Written by Frank A. Chervenak, M.D., and Laurence B. McCullough, Ph.D., and featured in the December 2009 print edition of the journal, the article basically justifies abortion by purporting that “the fetus lacks the capacity to generate a perspective on its interests” due to “the immaturity of the fetal central nervous system.”
This is important, so the authors say, because if the fetus isn’t aware of his own interests, he has no claim to any rights. “The ethical principle of respect for autonomy and the concept of autonomy-based rights therefore do not apply to the fetus,” the authors declare.
Chervenak and McCullough see this point of view as simplifying the whole abortion debate “because it prevents ethical analysis of induced abortion and feticide in medical ethics from being paralyzed by divisive debates about a fetal right to life that have been going on for decades, indeed centuries, without any basis for resolution.” They state, “The ethical concept of the fetus as a patient does not require appeal to the discourse of fetal rights.”
Thus the article quickly disregards that all-important line from the Declaration of Independence: “We hold these truths to be self-evident, that all men are created equal, that they are endowed by their Creator with certain unalienable Rights, that among these are Life, Liberty and the pursuit of Happiness.” Note that the Declaration did not say “born equal,” but “created equal.” There can be no dispute that the creation of a unique human life occurs at the moment when an egg is fertilized, not at the moment of birth. Thus human rights begin even in the womb.
Apparently the AJOG editorial staff agrees with the article’s dismissal of what should be “unalienable Rights” or they would not have published the article. The editors did not balk even when the article went on to say: “Beneficence-based obligations to the fetus exist when the fetus is reliably expected later to achieve moral status as a child and person. The clinical application of the ethical concept of the fetus as a patient therefore depends on links that can be established between the fetus and its later achieving such moral status.”
The article clarifies what is meant here after defining fetal viability as occurring at “approximately 24 weeks of gestational age.” The authors state, “The previable fetus has no claim to the status of being a patient independently of the pregnant woman's autonomy. The link, therefore, between a previable fetus and the child and person it can later become can be established only by the pregnant woman's decision to confer the status of being a patient.”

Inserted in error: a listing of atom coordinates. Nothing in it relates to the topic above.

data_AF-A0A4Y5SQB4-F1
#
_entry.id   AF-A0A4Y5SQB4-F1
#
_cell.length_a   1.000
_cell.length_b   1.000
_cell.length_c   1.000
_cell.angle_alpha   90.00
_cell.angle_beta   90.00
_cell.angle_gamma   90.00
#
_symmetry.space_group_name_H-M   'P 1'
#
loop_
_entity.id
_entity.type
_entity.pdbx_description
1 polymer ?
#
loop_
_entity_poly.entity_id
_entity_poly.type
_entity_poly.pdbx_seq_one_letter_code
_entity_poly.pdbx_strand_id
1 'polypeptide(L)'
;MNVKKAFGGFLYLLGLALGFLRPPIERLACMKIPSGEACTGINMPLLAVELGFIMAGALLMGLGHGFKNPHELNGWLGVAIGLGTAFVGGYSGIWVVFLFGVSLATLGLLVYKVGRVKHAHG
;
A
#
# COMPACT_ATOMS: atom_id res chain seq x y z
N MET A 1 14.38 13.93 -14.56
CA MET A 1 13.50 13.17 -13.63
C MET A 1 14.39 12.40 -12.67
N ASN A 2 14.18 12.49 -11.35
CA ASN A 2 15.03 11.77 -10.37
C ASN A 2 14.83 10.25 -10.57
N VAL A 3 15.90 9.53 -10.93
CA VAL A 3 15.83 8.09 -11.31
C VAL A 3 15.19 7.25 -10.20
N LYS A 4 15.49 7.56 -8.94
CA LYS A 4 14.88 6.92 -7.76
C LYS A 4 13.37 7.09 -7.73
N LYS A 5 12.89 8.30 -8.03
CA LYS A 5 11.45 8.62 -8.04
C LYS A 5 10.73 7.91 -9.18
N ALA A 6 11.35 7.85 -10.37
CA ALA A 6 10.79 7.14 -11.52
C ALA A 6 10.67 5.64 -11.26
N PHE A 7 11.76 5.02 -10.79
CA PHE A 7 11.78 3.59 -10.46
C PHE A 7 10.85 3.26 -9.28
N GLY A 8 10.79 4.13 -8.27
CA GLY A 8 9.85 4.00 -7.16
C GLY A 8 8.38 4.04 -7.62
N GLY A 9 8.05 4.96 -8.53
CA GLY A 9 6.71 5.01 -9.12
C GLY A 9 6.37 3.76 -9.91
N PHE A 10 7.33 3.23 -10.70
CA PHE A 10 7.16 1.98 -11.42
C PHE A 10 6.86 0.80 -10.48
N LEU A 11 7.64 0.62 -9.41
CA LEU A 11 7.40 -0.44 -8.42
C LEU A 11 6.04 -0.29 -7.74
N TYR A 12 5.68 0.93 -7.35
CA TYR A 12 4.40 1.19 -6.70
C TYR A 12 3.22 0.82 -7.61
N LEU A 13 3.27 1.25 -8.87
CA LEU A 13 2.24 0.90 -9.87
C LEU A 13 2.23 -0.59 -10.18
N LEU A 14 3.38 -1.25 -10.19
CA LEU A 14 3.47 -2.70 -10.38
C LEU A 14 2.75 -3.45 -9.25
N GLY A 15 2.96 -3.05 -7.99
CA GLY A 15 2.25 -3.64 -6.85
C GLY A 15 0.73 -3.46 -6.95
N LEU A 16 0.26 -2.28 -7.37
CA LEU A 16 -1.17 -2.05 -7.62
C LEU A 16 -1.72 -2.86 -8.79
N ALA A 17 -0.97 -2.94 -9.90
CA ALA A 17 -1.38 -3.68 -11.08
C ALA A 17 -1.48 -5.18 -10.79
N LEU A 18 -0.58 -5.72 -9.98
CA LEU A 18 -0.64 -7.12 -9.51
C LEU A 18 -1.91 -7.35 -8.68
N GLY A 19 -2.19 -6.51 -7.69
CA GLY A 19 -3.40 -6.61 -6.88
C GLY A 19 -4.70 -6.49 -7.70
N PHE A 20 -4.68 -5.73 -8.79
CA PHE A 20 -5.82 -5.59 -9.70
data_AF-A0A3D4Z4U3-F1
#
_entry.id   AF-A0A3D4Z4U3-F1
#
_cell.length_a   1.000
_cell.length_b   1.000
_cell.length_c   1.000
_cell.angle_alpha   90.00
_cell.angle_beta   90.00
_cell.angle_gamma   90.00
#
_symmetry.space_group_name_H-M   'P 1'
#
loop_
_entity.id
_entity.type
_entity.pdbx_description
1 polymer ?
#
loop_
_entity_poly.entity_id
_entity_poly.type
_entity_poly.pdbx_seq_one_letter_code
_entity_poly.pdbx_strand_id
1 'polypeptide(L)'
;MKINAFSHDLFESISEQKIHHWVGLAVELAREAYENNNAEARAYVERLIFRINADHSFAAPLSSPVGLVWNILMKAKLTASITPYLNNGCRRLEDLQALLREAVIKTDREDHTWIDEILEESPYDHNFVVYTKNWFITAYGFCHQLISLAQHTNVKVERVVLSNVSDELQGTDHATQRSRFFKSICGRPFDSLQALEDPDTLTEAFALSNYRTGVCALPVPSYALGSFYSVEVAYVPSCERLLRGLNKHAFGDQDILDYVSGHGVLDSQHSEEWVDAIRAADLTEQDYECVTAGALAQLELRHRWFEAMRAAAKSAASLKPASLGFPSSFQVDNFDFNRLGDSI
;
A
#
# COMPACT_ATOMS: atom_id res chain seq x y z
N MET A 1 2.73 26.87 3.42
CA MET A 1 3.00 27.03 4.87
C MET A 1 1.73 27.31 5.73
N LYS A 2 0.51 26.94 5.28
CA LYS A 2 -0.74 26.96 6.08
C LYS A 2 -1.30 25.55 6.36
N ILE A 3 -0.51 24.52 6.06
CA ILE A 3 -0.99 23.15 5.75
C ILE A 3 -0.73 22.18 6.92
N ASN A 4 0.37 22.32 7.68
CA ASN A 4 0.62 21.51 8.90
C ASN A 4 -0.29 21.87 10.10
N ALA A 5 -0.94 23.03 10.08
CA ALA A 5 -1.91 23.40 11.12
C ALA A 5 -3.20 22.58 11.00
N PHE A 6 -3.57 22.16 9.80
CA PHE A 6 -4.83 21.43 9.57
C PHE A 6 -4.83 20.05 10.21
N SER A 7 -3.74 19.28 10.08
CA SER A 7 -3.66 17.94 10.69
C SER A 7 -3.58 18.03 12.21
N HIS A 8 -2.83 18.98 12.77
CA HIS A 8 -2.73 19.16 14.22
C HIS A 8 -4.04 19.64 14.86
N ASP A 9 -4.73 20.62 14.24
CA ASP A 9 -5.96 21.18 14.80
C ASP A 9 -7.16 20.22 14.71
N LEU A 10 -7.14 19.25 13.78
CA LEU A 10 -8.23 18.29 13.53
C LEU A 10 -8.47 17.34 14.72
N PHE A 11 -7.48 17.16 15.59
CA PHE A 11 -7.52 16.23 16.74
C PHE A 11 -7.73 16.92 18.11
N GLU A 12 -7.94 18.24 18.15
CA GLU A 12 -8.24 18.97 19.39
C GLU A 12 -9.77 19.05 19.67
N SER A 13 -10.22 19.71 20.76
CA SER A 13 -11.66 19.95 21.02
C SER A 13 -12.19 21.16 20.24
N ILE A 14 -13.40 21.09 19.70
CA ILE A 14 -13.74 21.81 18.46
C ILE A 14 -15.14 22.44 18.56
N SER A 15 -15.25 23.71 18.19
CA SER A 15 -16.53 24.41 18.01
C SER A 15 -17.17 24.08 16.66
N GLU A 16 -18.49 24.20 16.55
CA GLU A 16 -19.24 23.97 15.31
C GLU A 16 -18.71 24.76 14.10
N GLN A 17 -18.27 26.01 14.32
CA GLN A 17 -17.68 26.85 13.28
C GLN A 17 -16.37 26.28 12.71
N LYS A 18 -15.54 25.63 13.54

This is another was of saying that the pregnant woman is free to have an abortion until such time as her baby is able to survive outside the womb. Chervenak and McCullough even rightly recognize that “it is ethically impermissible to offer feticide for viable fetuses without anomalies or with less-than-severe anomalies, such as Down syndrome or achondroplasia.”
Tragically, after claiming that the woman’s choice overrides the right to life of the previable fetus, the authors then add: “When a viable fetus has a severe anomaly, offering feticide followed by termination of pregnancy is ethically appropriate.... This means that there is an autonomy-based justification for offering feticide followed by termination of pregnancy in a viable pregnancy with a severe anomaly.”
So it is that Chervenak and McCullough only see abortion as unethical if the child has been in the womb for six months to achieve viability and is reasonably healthy. Before six months and at any time the baby shows a serious “anomaly,” the pregnancy can be terminated by the mother’s choice. They even state, “Laws prohibiting partial-birth abortion represent an ethically unjustified intrusion into professional medical practice,” thus indicating their approval of even this barbaric abortion/infanticide procedure as being justified to prevent a child with an “anomaly” from being fully born.
LifeSiteNews.com reported on December 22 how Reverend Tadeusz Pacholczyk, Ph.D., the director of Education at the National Catholic Bioethics Center, responded to the AJOG article. Pacholczyk said, “Chervenak, McCullough, and other academicians of their stripe really ought to learn to pick on those their own size, rather than leveraging their age and educational advantage to mount unjust attacks against those younger and not-yet-educated human beings still in the womb.”
"Human fetuses or newborns do not need to be able to balance a checkbook or have a nervous system before we will 'grant them moral status,' since their moral status and dignity doesn't depend on us granting it in the first place," Pacholczyk stated. "Only the most pride-filled academician could ever suppose that he had the ability to grant moral status to a fellow human being who happens to be very young."
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